This blatant corruption does not just leave them with garbage in the streets, they are also unable to enjoy a stable power grid. In fact, many of the public utilities and services are either not properly funded or are underperforming. Blackouts, which can only be stopped by fuel powered generators, are a normality since the owner of one of the fuel importers is the leader of the Druze minority . For years money has been poured into useless ventures like these while money is being sucked from vital enterprises that help the people. In 2019, over 100 forest fires raged in the country causing hundreds to evacuate and dozens to be hospitalized . Lebanon was forced to call for help from Cyprus, Jordan, and Greece after it was revealed that their planes were not in working condition due to lack of funds. While the firefighting fleet was grounded, the riot police vehicle was in perfect working condition and were able to help fight the fires, perfectly showing where the government’s priorities were . The unelected administration continues to ignore the needs of the people and instead chooses to grow its power. The way the government handles its many crises shows how the many sects in the government would rather grow their power than heed to the interests of the people and provide the basic needs that a government should provide.
The protesters of Lebanon currently operate without leadership due to fear of attack from the ruling parties, particularly Hezbollah. Hezbollah is a Shia political party that is currently a part of the ruling coalition of Lebanon. Throughout history Hezbollah has used force to get its way and to silence opposition. In 2005, Hezbollah killed opposition forces and took over the streets when they were losing control over communication and Lebanon’s airports . The force parties in control use to silence opposition, paired with government resources going to supporters of their cause, creates an uneven playing field in politics. The people and parties who directly oppose the ruling parties are not able to properly assemble and they do not have equal access to resources that would be necessary to give them a fair shot at political positions.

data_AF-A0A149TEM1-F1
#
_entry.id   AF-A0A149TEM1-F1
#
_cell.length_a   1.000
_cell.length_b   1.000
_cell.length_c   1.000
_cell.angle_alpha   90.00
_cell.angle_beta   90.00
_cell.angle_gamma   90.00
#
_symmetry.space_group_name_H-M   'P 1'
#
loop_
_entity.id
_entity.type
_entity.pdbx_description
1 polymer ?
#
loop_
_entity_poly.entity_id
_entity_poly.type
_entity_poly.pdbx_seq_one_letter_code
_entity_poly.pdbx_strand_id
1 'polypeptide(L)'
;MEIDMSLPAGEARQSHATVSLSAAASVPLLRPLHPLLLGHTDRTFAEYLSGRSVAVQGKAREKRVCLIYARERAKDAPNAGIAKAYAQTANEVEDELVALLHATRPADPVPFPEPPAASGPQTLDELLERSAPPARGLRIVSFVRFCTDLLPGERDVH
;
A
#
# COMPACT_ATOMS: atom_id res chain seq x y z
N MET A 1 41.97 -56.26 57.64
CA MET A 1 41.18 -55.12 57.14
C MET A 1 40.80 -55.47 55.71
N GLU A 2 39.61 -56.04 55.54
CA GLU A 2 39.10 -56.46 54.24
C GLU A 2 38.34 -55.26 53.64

The government proposed new taxes that would fill in the gaps in funding, but the people had had enough and went to the streets to express their views. The very faces of the Lebanese government are not democratically elected representatives of the people, instead they represent the many groups that infect politics in Lebanon. Those same people focus on growing power for their sects often at the expense of other groups including the constituents that they were chosen to represent. and the rampant violence against opposition and corruption means that opposition parties do not have equal access to positions of power. It is no surprise that the people have been protesting for months, they were promised a democracy and instead they have been given a sectarian regime.
First of all, you did really great job analyzing a very distant and little-known country. I like how you first give us some kind of idea about the political structure of Lebanon and only then described their path of democratic erosion. However, I think that not all the examples of backsliding you described are related to the religious representation. For example the 2015 garbage crisis. The practice of giving contracts not to qualified people but to the friends and relatives of current people in power is very common in the developing Eastern European countries, which are pretty secular. But overall that was very unique and interesting information. If not for this post I would never know about that situation in Lebanon.